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The Meaning of Christmas

With it being the week of Christmas, it is only fitting that this blog entry is about Jesus’s birth. Whether you think/believe it is the actual date of Christ’s birth or not, is irrelevant; the meaning of Christmas still stands. The point of Christmas is to celebrate the birth of Jesus Christ, Son of the Living God, who would go on to make the ultimate act of love by saving us all--if we should choose to accept Him.

The Christmas story is so much more than just a month out of the year where we give presents, hang up lights, sing the same songs that we sang last year, and everything else we do during this season. The story of Christ and His birth shook the very foundations of the world through love, and it is that love that Christmas is about. How God has given us the greatest gift we could ever receive, and that we are entirely undeserving of it.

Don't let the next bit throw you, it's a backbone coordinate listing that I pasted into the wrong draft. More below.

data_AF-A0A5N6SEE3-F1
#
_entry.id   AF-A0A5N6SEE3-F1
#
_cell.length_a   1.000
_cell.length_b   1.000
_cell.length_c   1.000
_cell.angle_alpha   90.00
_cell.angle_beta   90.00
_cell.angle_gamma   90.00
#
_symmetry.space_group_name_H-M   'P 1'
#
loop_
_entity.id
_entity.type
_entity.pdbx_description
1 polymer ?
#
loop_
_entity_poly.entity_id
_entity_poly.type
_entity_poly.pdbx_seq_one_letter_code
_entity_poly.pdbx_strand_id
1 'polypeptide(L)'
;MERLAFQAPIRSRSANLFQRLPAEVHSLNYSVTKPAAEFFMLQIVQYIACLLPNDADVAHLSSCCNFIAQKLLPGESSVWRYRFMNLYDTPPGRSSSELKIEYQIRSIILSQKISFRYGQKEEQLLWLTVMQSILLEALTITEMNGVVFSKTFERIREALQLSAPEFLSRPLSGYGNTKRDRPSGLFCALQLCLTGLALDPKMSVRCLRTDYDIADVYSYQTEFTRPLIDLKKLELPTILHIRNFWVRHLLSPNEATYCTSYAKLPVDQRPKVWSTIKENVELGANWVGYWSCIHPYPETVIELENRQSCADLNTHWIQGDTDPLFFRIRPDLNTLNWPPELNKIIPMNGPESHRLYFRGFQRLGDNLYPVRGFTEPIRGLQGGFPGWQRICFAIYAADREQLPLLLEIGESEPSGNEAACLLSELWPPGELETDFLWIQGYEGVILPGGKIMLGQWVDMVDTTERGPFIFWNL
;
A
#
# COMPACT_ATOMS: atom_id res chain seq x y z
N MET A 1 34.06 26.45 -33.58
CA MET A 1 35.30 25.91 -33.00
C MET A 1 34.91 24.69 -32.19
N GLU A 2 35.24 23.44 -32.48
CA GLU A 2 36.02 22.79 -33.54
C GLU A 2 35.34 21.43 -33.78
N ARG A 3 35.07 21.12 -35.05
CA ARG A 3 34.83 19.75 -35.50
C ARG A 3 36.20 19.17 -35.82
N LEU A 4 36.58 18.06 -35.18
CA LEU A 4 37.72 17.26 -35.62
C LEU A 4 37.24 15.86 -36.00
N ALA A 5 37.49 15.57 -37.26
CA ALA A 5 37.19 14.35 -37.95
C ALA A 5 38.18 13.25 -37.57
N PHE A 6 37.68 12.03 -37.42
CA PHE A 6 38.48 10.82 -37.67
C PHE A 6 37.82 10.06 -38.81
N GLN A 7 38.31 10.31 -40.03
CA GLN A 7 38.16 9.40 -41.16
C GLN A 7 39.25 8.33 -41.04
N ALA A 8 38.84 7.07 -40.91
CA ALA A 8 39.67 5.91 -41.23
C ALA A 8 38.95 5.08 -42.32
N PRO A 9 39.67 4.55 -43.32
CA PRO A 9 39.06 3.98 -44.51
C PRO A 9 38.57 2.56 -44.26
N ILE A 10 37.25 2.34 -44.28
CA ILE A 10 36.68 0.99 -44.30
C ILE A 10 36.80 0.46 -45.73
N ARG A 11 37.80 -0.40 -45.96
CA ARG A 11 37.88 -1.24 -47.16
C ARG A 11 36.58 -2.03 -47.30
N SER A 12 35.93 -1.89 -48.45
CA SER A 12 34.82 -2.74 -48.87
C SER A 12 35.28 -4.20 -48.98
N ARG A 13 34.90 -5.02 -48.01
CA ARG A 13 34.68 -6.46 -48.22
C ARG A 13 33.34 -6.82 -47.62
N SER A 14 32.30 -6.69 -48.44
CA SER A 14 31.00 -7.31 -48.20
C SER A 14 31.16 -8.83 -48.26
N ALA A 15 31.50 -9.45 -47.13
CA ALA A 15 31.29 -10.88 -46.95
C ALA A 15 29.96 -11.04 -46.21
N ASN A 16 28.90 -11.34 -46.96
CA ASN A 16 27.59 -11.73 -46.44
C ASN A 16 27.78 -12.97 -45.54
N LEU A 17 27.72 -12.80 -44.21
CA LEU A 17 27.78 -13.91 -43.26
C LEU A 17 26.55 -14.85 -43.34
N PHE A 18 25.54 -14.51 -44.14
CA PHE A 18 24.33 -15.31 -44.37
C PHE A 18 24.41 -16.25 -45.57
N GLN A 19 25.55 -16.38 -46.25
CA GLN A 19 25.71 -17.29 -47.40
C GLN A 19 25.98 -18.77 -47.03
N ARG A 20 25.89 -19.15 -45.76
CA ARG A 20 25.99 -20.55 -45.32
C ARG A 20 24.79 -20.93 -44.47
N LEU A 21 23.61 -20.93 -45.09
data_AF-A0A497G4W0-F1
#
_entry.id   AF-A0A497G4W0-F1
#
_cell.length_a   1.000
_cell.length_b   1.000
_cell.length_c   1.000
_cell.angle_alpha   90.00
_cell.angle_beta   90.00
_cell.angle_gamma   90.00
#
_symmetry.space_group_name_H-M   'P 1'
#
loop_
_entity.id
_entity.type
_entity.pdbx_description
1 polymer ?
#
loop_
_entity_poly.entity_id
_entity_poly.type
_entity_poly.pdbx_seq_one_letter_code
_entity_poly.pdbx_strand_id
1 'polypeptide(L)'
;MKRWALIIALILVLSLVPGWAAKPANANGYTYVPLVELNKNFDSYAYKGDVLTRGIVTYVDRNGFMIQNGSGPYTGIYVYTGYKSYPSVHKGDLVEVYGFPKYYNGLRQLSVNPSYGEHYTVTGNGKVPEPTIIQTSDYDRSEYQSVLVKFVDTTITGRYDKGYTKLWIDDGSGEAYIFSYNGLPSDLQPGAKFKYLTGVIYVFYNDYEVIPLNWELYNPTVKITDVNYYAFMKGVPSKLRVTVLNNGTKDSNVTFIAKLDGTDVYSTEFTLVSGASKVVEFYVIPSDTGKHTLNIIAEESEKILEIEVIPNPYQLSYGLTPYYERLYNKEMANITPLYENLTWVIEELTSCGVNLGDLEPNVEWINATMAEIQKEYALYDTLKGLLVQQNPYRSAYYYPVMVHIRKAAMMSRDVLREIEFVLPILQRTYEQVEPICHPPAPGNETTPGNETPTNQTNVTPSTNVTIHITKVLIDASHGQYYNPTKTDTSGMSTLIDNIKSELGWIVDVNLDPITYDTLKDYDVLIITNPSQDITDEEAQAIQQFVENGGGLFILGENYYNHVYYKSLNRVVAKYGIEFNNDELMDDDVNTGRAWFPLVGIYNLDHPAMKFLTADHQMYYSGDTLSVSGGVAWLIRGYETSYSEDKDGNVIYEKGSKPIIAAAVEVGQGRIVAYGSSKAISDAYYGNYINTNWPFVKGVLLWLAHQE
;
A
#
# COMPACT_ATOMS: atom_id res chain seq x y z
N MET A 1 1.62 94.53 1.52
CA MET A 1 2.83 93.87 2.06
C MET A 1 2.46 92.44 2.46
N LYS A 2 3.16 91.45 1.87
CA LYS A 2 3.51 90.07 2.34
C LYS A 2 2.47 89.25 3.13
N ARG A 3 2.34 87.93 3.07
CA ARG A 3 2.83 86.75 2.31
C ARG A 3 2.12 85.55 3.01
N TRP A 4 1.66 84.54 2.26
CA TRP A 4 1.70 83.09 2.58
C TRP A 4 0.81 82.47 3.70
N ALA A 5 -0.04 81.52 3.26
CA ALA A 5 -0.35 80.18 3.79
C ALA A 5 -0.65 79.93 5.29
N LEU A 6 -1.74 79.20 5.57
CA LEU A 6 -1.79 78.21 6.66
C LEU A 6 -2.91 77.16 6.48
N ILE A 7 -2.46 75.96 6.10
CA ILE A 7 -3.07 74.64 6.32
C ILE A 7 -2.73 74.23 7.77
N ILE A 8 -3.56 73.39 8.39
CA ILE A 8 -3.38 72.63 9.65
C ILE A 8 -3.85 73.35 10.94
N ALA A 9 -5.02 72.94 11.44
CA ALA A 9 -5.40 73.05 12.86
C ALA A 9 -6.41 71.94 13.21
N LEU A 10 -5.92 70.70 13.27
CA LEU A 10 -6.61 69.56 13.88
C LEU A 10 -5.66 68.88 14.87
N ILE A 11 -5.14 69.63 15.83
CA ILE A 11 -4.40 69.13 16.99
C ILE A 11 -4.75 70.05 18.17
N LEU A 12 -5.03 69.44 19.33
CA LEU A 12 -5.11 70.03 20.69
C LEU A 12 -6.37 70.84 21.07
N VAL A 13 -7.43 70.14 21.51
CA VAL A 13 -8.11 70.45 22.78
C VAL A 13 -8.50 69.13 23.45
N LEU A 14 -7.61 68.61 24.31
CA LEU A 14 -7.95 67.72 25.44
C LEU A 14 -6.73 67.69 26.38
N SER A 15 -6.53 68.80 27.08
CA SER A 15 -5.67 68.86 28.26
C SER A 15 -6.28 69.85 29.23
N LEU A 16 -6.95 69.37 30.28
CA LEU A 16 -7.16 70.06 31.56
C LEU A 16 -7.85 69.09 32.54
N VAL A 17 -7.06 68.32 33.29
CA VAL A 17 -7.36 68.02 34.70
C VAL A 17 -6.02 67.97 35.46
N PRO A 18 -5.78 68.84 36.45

1) Immanuel: God with us

We see the beginning of the story of Jesus and His birth mainly at the start of the Gospels of Matthew and Luke. Both illustrate the Christmas story that so many of us know: that Mary gave birth to Jesus in the stable, that the wise men found Him and worshipped Him, King Herod searching for Jesus to kill Him but failing, and all the other amazing parts of Christ's Nativity.

The importance of this event, however, is more fully realized in the beginning of John’s Gospel. John begins by illustrating who Christ is in essence: “In the beginning was the Word, and the Word was with God, and the Word was God. He was in the beginning with God. All things were made through Him, and without Him nothing was made that was made. In Him was life, and the life was the light of men.” (John 1:1-4). John is speaking of Jesus, and establishes that Christ has always been--since He was with God and is God--and therefore will always be. The deity of Christ is immediately established, and states that all things were made through Him, and nothing was made without Him. Clearly, these characteristics can be attributed to none other than God alone, and to make such a claim is either placing something that is not God at the level of God--which is blasphemy (*medieval voice)--or means John is trying to get us to understand that Jesus is God.

Once this is realized, the power of Christ